ON Wednesday evening in the Assembly Rooms, Elgin, Lord Provost Young presented twenty-five men of the 2nd and 3rd Morayshire Service Companies of Volunteers with gold medals, subscribed for by the members of the Town Council and the citizens of Elgin. There was a good attendance …….
……. The Provost, addressing the men, said that they were met that evening for the purpose of presenting them with gold medals in commemoration of their services in South Africa, and he was very pleased, and felt it a great honour, to be the mouthpiece of the community on that occasion – (applause). As they were aware, the men of the First Service Company, which was composed of two contingents, on their return from the seat of war were presented with similar medals as that proposed to be handed to them that evening, and they felt that it would be only fair and right that they (the members of the Second and Third Service Companies) should be treated in a similar way. The idea was taken up and carried out. There had been considerable delay in the matter, owing, in the first instance at all events, to their coming upon them rather unexpectedly. They had come down upon them in a heap, and they would remember that they had the pleasure of meeting them at a little treat. They could do nothing at that time in decorating them with medals, but they promised them they would get them. The medals were there now, and better late than never – (applause). The initiatory steps were taken in the matter by the Town Council, and it was a source of great pleasure to him to be able to tell them that the members of the Town Council – without an exception – had subscribed to the list – (applause). Through the good offices of his friend Treasurer Jameson – who he was pleased to see present – along with other members of the Council, the sum subscribed by the Council was supplemented by contributions from the outside public, and to that was added a small sum from the Common Good. So they might take it from him that they might look upon these medals as gifts from their fellow-citizens, and presented to them in testimony of their high approval of their conduct in coming forward as volunteers so readily in their country’s hour of need – (applause). …….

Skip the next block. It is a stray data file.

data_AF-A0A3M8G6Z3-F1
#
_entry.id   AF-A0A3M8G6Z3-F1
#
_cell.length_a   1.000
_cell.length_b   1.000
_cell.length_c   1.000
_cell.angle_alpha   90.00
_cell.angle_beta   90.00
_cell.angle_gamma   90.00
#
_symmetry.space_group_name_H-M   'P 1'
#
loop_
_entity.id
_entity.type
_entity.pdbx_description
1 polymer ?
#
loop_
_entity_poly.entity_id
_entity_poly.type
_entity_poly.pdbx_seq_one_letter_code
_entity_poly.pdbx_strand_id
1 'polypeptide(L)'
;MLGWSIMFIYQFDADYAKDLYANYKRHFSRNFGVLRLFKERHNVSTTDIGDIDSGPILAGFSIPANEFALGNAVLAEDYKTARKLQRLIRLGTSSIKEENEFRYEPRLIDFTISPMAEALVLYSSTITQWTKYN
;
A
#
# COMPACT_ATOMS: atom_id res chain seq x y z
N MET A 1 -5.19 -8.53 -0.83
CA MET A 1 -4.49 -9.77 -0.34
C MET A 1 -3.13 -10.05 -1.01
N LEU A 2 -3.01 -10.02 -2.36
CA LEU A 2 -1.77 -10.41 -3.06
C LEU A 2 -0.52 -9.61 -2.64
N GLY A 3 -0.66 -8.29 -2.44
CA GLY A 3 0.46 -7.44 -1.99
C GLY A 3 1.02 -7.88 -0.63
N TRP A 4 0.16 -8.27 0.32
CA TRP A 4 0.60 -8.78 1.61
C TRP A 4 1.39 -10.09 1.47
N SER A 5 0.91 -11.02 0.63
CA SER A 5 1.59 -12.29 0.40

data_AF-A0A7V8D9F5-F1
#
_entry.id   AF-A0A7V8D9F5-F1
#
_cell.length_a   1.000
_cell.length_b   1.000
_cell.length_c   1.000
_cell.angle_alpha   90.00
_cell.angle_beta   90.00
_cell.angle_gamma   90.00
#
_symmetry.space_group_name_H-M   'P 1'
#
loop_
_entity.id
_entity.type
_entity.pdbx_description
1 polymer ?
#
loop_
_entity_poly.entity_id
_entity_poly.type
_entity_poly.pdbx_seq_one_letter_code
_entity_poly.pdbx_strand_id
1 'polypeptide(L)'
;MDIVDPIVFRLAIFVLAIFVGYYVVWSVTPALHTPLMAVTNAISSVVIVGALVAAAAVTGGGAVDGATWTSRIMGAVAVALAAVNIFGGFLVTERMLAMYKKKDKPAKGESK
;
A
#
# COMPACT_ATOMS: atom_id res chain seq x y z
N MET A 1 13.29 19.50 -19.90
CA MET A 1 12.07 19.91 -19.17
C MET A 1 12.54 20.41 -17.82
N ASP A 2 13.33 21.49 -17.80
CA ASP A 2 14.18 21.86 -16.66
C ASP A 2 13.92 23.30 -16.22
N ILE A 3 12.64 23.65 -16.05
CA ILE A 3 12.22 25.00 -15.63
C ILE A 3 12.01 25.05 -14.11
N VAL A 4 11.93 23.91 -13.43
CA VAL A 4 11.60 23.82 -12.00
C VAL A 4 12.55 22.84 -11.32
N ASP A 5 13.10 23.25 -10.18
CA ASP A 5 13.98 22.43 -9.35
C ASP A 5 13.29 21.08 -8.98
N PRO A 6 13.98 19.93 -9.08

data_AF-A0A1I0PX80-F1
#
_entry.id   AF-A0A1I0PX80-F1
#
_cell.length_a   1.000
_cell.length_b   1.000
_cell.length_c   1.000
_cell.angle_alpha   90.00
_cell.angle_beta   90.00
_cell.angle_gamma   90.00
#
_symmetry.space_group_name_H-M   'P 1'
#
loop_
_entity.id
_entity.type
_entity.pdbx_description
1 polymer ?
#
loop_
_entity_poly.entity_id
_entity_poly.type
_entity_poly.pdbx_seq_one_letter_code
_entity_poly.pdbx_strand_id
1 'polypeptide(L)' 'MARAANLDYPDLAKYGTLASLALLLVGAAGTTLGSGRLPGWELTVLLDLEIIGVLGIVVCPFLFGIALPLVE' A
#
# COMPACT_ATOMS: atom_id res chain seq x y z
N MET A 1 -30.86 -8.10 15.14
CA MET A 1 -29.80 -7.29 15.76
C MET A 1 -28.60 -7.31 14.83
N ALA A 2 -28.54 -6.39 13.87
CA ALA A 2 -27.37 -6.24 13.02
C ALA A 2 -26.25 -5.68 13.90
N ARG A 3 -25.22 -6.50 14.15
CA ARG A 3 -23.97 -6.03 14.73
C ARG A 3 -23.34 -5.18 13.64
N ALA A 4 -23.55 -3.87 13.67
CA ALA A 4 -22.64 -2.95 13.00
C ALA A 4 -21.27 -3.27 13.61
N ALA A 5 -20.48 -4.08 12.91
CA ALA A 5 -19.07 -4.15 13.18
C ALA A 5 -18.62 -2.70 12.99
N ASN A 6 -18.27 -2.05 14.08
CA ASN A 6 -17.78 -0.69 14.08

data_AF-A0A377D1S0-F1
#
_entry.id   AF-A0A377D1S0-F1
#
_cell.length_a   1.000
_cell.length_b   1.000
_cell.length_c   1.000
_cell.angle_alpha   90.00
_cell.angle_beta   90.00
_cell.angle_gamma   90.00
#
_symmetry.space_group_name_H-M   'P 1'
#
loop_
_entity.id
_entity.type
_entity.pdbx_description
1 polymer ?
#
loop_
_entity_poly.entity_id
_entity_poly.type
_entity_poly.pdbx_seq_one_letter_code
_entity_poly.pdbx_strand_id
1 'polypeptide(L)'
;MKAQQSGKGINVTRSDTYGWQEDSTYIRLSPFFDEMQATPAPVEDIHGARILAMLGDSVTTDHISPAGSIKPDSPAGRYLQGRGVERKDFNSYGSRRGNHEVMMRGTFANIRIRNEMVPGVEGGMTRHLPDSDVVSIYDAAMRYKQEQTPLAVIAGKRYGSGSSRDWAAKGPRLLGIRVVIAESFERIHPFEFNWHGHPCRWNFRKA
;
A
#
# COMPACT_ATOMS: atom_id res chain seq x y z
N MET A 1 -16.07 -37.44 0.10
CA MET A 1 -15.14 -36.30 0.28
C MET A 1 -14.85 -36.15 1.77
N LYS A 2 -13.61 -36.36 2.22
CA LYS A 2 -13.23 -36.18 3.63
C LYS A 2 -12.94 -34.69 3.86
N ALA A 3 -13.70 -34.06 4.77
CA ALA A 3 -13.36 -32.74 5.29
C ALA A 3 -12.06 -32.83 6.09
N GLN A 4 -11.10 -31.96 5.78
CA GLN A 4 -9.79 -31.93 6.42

……. The Provost then handed the medals to those present. Several of the men were absent, some of them being still in South Africa. Those present on Wednesday evening were – B Company – Sergeant J. CALDER, Privates W.R. SMITH, A. GRANT, W.D. FRASER, W. SCOTT, W.G. ROSS, J.W. GORDON, J.G. ANDERSON, and H. FRASER. C Company – Lance-Corporal J.D. MURDOCH, Privates T. COONEY, J. LOGIE, P. ANDERSON, J. HENDERSON, J. MACPHERSON, J. PAUL, W.G. SCOTT, J.G. GRANT, W.U. SMITH, W. MATHESON, J. WALKER, J. BAIN, A. THOMSON, and W. CRUICKSHANK.
The Provost then said that ended the interesting ceremony.
We are asked to state that the Volunteers who did not attend the presentation can, by calling personally, or any of their friends, receive their medals at the Town Clerk’s office.
Forres, Elgin & Nairn Gazette, 21st February 1900 (Volunteers selected for service with the 1st V.A.S.C., excluding DRAFT)
Forres, Elgin & Nairn Gazette, 13th February 1901 (Elgin Volunteers selected for service with the 2nd V.A.S.C.)
Banffshire Journal, 11th February 1902 (Elgin Volunteers selected for service with the 3rd V.A.S.C.; Privates J.O. FORSYTH and H. STEWART do not appear to have embarked)